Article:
Address-Length. Length of phone number (11)


Type-of-Address. (91 indicates international format of the phone number).


The phone number in semi octets (46708251358). The length of the phone  number is odd (11), therefore a trailing F has been added, as if the phone number were "46708251358F". Using the unknown format (i.e. the Type-of-Address 81 instead of 91) would yield the phone number octet sequence 7080523185 (0708251358). Note that this has the length 10 (A), which is even.


TP-PID. Protocol identifier


TP-DCS. Data coding scheme.This message is coded according to the 7bit default alphabet. Having "02" instead of "00" here, would indicate that the TP-User-Data field of this message should be interpreted as 8bit rather than 7bit (used in e.g. smart messaging, OTA provisioning etc).


TP-Validity-Period. "AA" means 4 days. Note: This octet is optional, see bits 4 and 3 of the first  octet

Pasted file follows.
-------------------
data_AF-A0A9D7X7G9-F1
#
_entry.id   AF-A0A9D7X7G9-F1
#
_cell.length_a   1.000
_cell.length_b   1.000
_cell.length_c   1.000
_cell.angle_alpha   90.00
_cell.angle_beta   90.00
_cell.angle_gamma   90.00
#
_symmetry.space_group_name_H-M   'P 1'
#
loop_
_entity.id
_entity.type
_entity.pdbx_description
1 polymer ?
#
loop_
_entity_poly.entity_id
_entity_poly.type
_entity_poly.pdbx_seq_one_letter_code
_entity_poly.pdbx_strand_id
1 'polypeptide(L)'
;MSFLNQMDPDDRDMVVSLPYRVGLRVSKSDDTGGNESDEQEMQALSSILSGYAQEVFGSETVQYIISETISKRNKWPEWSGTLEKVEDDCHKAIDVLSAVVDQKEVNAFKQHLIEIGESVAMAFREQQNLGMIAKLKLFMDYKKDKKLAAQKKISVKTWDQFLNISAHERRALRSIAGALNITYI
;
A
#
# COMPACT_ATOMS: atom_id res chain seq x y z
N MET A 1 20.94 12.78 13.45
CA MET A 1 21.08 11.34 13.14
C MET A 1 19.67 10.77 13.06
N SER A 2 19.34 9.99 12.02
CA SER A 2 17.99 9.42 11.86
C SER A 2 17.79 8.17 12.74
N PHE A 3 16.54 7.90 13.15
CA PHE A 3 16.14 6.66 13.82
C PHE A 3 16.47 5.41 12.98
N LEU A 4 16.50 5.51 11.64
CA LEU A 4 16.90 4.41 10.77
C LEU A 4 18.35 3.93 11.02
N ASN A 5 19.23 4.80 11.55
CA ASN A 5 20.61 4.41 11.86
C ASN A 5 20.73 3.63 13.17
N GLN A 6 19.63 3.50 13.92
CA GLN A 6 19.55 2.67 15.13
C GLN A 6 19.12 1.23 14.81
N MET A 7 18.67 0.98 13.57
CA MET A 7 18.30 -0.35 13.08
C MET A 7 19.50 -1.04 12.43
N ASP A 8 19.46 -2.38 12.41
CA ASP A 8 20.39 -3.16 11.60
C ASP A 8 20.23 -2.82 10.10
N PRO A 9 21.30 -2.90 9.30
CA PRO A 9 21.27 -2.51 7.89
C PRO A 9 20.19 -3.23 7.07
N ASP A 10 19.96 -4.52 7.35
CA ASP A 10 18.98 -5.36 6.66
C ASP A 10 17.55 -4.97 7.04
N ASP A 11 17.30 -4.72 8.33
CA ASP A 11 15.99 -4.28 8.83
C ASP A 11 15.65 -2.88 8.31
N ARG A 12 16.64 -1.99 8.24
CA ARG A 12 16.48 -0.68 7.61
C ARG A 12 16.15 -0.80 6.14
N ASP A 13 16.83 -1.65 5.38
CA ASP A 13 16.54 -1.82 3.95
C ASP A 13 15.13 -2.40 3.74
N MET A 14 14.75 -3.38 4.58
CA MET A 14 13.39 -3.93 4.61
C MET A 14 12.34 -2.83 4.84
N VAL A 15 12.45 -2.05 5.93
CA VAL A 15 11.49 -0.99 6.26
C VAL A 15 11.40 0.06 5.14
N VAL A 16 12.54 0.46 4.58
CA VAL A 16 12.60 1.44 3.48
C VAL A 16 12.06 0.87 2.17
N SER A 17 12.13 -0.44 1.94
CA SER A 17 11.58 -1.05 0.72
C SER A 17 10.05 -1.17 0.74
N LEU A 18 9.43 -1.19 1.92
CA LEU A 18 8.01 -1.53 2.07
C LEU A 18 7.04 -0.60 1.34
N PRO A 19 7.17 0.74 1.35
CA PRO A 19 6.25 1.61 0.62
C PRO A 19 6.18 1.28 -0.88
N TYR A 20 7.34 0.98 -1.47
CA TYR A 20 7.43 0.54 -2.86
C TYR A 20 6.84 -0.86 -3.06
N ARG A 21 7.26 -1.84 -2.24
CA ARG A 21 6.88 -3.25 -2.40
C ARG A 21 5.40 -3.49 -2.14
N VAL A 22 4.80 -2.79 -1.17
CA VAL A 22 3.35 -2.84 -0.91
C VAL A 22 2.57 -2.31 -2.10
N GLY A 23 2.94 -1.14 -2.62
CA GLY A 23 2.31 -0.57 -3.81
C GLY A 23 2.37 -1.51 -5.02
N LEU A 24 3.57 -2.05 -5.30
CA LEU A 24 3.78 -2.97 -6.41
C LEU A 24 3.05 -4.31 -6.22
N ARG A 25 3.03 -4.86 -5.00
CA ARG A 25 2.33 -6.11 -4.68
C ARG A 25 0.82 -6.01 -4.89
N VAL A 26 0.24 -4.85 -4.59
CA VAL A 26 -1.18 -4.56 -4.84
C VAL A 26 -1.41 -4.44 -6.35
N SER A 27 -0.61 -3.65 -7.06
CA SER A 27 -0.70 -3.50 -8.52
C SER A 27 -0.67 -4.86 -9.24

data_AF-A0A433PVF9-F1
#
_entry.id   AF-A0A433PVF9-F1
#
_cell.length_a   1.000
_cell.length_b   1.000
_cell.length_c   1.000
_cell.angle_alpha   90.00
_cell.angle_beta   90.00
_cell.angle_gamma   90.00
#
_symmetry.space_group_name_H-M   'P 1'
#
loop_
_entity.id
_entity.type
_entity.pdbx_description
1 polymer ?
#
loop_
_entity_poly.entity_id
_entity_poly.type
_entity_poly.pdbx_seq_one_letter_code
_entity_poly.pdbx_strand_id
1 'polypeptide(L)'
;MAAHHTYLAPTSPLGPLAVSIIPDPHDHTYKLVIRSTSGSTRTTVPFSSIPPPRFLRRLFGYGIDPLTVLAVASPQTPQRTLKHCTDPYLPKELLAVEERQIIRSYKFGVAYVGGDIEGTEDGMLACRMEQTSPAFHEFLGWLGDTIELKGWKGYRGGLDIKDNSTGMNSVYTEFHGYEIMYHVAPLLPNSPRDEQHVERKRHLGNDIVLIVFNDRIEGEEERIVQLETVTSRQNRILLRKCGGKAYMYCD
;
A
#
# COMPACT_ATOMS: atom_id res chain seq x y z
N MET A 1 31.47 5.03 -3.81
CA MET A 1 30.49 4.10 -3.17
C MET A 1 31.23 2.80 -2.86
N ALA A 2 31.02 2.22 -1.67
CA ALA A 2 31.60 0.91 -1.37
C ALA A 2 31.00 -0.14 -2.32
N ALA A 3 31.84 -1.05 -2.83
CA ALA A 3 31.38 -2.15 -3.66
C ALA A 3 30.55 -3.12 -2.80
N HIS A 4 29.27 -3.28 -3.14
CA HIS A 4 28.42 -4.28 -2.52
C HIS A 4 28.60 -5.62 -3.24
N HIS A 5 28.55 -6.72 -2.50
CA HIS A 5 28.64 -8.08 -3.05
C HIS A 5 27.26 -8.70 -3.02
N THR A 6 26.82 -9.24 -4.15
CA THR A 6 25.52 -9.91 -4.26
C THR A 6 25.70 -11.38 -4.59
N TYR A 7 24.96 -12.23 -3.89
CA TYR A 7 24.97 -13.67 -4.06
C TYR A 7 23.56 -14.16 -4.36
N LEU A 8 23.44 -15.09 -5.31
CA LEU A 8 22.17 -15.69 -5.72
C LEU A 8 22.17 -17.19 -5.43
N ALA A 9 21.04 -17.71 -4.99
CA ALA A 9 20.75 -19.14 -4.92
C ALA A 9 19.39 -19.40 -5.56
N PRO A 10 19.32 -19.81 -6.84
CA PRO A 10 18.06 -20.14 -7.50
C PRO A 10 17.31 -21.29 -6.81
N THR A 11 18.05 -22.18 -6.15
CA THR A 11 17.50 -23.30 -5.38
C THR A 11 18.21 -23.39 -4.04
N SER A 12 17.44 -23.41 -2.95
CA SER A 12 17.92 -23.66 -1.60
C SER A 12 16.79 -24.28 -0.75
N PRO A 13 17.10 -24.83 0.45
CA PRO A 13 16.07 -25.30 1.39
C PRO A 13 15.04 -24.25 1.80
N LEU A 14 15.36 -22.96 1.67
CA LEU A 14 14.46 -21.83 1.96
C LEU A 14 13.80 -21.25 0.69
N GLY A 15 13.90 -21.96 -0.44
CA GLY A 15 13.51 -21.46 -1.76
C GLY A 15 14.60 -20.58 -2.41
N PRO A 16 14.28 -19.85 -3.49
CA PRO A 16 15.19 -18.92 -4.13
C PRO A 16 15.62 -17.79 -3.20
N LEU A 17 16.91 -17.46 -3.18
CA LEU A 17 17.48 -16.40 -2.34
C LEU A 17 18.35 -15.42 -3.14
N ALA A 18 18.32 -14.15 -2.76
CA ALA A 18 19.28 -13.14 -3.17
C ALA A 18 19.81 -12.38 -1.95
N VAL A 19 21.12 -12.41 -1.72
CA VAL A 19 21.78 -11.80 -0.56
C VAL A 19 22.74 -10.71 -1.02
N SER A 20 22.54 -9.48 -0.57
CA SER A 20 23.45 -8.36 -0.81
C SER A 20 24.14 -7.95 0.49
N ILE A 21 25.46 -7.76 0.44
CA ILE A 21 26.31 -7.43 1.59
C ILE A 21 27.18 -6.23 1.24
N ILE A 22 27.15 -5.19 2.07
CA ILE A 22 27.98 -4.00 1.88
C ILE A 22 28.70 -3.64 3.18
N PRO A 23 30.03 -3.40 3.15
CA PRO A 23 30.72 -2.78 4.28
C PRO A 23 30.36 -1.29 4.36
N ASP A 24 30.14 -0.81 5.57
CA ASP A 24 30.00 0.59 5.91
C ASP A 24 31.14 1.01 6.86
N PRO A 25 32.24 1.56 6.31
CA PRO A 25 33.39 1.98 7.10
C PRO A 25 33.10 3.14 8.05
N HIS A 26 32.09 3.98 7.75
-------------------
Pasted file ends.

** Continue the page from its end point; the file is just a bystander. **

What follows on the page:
TP-User-Data-Length. Length of message. The TP-DCS field indicated 7-bit  data, so the length here is the number of septets (10). If the TP-DCS field were  set to 8-bit data or Unicode, the length would be the number of octets.

E8329BFD4697D9EC3 7

TP-User-Data. These octets represent the message "hellohello". How to do the  transformation from 7bit septets into octets is shown here

Introduction to SMS Text Mode

The Short Message Service SMS, as defined within the GSM 900 / 1800 / 1900 digital mobile phone standard has several unique features:

A single short message can be up to 160 characters ( 7bit coded ) or 140 characters (8 bit coded) of text in length. Those 140 / 160 characters can comprise of words or numbers or an alphanumeric combination. Non-text based short messages  (for example, in binary format) are also supported. More about that binary mode you will find at the link PDU mode.

The Short Message Service is a store and forward service, in other words, short messages are not sent directly from sender to recipient, but always via an  SMS Center (SMSC)  instead. Each mobile telephone network that supports SMS has one or more messaging centers to handle and manage the short messages. More about SMSC you can read at the link SMSC.